As an aspiring first-generation college student in the late 1990s in New York, Ronice Johnson-Guy didn’t know where to start, so she went to a public library.
“I knew I wanted to go to a Black college,” she recalled. “I walked up to the librarian, and she gave me this big book that said ‘HBCU’ on the cover. I didn’t know what that was. The librarian was pretty much my college counselor.”
Ready to pursue her degree, to leave New York and a career in the corporate world, Johnson-Guy said she realized a degree would provide her with food, shelter, and upward mobility.
“School was the only avenue for me,” she said.
At 24 and as a non-traditional college student, Johnson-Guy knew she wanted to go to a women’s college. The librarian helped her research Bennett College in Greensboro, North Carolina—the only place where she applied and was later accepted.
“I knew nothing about financial aid; I knew nothing about the school. … But when I stepped foot on campus, I saw so many women who looked like me.”
She’s since spent her career in higher education — both in supporting study abroad opportunities and the international student experience. She joined The Graduate School’sDiversity and Student Successprogram as its assistant director in July 2022, where she supports efforts to build community among students who come from a variety of life experiences and backgrounds.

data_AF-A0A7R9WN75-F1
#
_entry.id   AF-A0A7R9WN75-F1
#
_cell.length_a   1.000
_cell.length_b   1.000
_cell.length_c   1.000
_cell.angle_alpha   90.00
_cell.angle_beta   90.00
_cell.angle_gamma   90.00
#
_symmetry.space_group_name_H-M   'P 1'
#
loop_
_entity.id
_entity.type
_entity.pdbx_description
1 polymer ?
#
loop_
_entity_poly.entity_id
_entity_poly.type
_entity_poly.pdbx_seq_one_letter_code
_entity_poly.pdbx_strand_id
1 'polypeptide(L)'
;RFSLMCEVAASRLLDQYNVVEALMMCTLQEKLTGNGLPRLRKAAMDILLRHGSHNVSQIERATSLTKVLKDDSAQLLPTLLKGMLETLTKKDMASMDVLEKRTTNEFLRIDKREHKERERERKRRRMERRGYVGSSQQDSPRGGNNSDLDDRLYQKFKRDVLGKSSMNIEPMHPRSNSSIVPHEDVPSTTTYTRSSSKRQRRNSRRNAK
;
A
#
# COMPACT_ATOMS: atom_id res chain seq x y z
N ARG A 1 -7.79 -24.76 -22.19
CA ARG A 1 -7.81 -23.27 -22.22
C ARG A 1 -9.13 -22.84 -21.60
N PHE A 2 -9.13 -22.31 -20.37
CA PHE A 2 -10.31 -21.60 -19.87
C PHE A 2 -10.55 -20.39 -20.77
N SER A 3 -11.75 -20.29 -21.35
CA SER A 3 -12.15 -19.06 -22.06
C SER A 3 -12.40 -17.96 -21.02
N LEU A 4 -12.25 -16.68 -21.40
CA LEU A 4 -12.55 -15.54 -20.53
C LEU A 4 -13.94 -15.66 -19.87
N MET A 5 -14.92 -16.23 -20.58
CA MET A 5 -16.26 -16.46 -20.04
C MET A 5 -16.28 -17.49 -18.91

“I’m here fighting, working with them so they can be successful,” she said. “I’m really proud that I’m able to see that at work.”
Johnson-Guy is also pursuing a doctoral degree through the University of North Carolina at Wilmington in higher education leadership.
“This job allows me to put what I’m learning into practice,” she said. “I’m proud to be part of the work to help graduate students find their voice and be as candid as possible about their experiences.”
As a graduate student, she’s learning to build community among her cohort and among graduate students at Carolina.
“I really appreciate how we’re continuing to create different venues for students who feel like they might not belong at Carolina to know that they have the space to be here,” she said.
She has a perspective on her work and role at The Graduate School that’s enhanced by her own lived experience.
“I’m intentional now in terms of how I build my community. … I would go back and tell myself that this ride that I’m on is going to be well worth it.”